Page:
Meet the 2020-21 Full-Time Faculty Senate President

2020-21 Full Time Faculty Senate President Wayne ButlerWith the new academic year starting, Austin Community College will talk to the incoming 2020-21 employee association presidents. We will ask each of them a few questions to learn more about them professionally and personally.

The 2020-21 Full-Time Faculty Senate President is Dr. Wayne Butler, Business, Government & Technical Communications department chair and professor.

When did you start working at ACC and in what role?
I started as an adjunct in Business, Government, and Technical Communications in summer 2003. I became full time fall 2017, and department chair spring 2018.

What additional role(s) at the college have you held (if any)?
Member: Faculty Center for Teaching and Learning Advisory Group
Liberal Arts Faculty Coordinator: Summer 2015 - Summer 2017

What inspired you to run for president?
I was asked to run as a result of my work on the FCAG and Pathways Faculty Coordinator. I accepted the opportunity as a way to "give back" as I near the end of a long career in education. I am a fan of Theodore Roosevelt's quote: "It is not the critic who counts; ... The credit belongs to the man who is actually in the arena." Of course, today, I'd revise the quote to reference "all" in the arena!

What are your goals for this year in your role as president?
My goal as FTFS president is to ensure the full-time faculty voice plays a significant role in scripting the future for our students, ACC, and ourselves. We strive to strengthen our influence at the current tables we're at via Shared Governance, get seats at more tables, and leverage the power of those seats at the tables to drive student success and pursue ACC's strategic goals, all while protecting the primacy of faculty in student success and professional autonomy. We have a challenging year in front of us, and the number one goal is to work in partnership with ACC leadership to ensure student success during these challenging times.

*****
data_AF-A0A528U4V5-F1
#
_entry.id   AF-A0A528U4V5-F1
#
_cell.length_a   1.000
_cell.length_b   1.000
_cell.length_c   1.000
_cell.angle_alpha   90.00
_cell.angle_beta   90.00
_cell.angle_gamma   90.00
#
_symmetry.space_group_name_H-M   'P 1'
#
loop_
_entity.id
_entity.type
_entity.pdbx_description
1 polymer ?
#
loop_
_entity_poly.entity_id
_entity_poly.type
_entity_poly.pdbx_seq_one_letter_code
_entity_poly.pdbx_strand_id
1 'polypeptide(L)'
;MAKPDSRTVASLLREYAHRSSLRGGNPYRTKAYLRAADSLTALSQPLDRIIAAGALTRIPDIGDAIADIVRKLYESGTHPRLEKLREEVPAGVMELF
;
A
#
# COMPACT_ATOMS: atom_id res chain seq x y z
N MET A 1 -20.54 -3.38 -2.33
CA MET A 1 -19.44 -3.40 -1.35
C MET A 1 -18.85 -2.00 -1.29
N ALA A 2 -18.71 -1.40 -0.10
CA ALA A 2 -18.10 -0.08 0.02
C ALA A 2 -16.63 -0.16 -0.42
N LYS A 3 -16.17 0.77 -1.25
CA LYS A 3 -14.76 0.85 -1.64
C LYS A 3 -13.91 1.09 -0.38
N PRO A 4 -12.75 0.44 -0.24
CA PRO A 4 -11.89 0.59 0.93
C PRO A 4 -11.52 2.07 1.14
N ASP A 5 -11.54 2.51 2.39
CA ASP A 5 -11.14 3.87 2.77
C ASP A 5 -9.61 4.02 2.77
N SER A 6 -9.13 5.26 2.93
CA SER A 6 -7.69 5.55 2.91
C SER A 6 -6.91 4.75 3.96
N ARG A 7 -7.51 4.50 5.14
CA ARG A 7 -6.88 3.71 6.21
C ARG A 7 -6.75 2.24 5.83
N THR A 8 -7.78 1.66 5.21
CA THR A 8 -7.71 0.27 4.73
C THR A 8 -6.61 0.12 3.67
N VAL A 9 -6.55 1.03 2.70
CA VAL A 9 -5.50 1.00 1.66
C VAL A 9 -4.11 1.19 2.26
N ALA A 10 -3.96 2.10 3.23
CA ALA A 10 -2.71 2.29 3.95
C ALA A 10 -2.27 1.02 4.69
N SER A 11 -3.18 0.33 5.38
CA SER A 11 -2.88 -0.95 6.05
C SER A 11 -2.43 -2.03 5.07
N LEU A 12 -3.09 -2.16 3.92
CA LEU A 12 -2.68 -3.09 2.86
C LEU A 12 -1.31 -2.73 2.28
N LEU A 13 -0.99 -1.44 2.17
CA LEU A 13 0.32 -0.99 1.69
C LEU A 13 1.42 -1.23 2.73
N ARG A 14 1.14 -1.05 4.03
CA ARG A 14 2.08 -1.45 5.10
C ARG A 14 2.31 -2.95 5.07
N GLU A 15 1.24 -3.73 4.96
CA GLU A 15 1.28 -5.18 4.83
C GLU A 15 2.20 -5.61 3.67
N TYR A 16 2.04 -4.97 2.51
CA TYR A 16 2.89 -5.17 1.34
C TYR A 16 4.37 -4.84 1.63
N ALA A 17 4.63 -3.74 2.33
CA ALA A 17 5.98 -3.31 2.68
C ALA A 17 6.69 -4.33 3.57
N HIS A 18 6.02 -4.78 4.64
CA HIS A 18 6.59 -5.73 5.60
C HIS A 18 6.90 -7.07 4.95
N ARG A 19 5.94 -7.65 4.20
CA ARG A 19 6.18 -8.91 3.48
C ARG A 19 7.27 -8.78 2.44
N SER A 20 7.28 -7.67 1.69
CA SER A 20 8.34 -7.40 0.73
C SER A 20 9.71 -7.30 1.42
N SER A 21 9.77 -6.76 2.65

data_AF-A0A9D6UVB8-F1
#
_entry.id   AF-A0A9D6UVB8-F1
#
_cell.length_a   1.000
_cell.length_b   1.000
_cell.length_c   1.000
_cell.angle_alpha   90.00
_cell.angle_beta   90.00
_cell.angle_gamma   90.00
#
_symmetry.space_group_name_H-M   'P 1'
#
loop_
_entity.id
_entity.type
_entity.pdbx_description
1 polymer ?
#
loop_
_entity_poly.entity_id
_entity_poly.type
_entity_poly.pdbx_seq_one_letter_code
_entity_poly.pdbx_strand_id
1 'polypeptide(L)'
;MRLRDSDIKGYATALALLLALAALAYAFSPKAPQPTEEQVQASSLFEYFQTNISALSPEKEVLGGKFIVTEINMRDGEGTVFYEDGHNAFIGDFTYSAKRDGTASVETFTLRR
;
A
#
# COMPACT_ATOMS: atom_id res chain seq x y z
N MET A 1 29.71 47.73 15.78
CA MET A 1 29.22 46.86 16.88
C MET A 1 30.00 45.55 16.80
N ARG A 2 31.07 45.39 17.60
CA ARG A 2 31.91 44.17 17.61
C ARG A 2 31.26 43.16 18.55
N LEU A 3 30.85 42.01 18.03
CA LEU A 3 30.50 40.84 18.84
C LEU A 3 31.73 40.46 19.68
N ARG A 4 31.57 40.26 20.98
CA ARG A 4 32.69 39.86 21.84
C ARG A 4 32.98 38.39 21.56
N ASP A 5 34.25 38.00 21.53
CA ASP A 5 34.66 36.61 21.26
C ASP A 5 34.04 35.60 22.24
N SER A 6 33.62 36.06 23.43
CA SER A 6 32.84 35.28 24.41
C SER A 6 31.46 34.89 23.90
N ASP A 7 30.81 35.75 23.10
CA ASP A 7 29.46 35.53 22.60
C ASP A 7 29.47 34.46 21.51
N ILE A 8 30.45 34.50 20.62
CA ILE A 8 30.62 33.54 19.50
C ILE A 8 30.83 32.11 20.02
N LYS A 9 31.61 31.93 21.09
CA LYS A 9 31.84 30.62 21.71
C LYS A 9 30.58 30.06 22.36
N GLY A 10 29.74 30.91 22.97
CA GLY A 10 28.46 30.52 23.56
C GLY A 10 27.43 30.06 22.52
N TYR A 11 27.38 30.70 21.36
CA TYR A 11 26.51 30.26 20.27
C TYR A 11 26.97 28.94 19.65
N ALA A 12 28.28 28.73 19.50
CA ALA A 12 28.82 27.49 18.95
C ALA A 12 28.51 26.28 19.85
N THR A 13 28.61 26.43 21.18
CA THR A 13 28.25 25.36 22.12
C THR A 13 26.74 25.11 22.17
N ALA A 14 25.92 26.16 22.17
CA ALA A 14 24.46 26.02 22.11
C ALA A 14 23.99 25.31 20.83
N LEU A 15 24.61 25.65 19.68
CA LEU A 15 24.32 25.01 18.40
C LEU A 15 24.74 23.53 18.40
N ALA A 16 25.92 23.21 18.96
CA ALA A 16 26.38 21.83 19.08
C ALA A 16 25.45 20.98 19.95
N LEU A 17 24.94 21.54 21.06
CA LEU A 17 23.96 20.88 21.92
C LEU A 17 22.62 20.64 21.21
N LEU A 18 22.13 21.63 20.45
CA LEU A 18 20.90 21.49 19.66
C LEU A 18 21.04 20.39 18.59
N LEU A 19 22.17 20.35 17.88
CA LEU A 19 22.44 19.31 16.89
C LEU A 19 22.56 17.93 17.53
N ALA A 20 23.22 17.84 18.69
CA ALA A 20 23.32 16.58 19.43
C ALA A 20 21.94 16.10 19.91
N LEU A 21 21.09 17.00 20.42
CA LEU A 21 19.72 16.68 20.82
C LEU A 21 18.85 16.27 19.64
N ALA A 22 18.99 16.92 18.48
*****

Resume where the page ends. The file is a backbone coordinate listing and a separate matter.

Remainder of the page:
Where did you grow up? What was it like?
I was born in New York City and reared in the suburbs north of NYC near West Point in the Hudson Valley. I lived in a subdivision built by a Texas developer. All the streets were named after Texas cities or landmarks. My home was in Alamo Court, so little wonder I ended up in Texas. As a typical teen, of course, I wanted nothing more than to get the heck out of there. In retrospect, I now recognize the central benefit of growing up in the NYC suburbs was the access to the best the world had to offer. You could wake up and within an hour or two ski the Catskills, eat a 5-star meal at a gourmet bistro or the best "dirty water dog" or "slice" in the world, get lost among the skyscrapers in awe of humankind's ambition, see world-class entertainment on and off Broadway, catch rock concerts at The Garden (Zeppelin '77 was epic), take in games at the cathedral of American baseball — Yankee Stadium, or be on a beach at the Jersey Shore.

What do you "geek out" about?
Genealogy. I've discovered family lines going back to the Pilgrims, 10+ generations of ancestors in Wales, Scotland, Ireland, and England, as well as early 20th-century immigrants from Puerto Rico, Cuba, Spain, and the Canary Islands. My passion is driven by the desire to connect the dead with the not yet born, to situate those ancestors in history, and to add life to shoeboxes full of black and white dog-eared photos by documenting their stories, their struggles, and their triumphs. What makes me a "geek" are the family road trip Google maps I make of ancestral addresses to guide us around the City, sort of a ground-level view of New York how the ancestors experienced it.

Do you have a motto, mantra, or personal philosophy?
"Leave it better than you found it."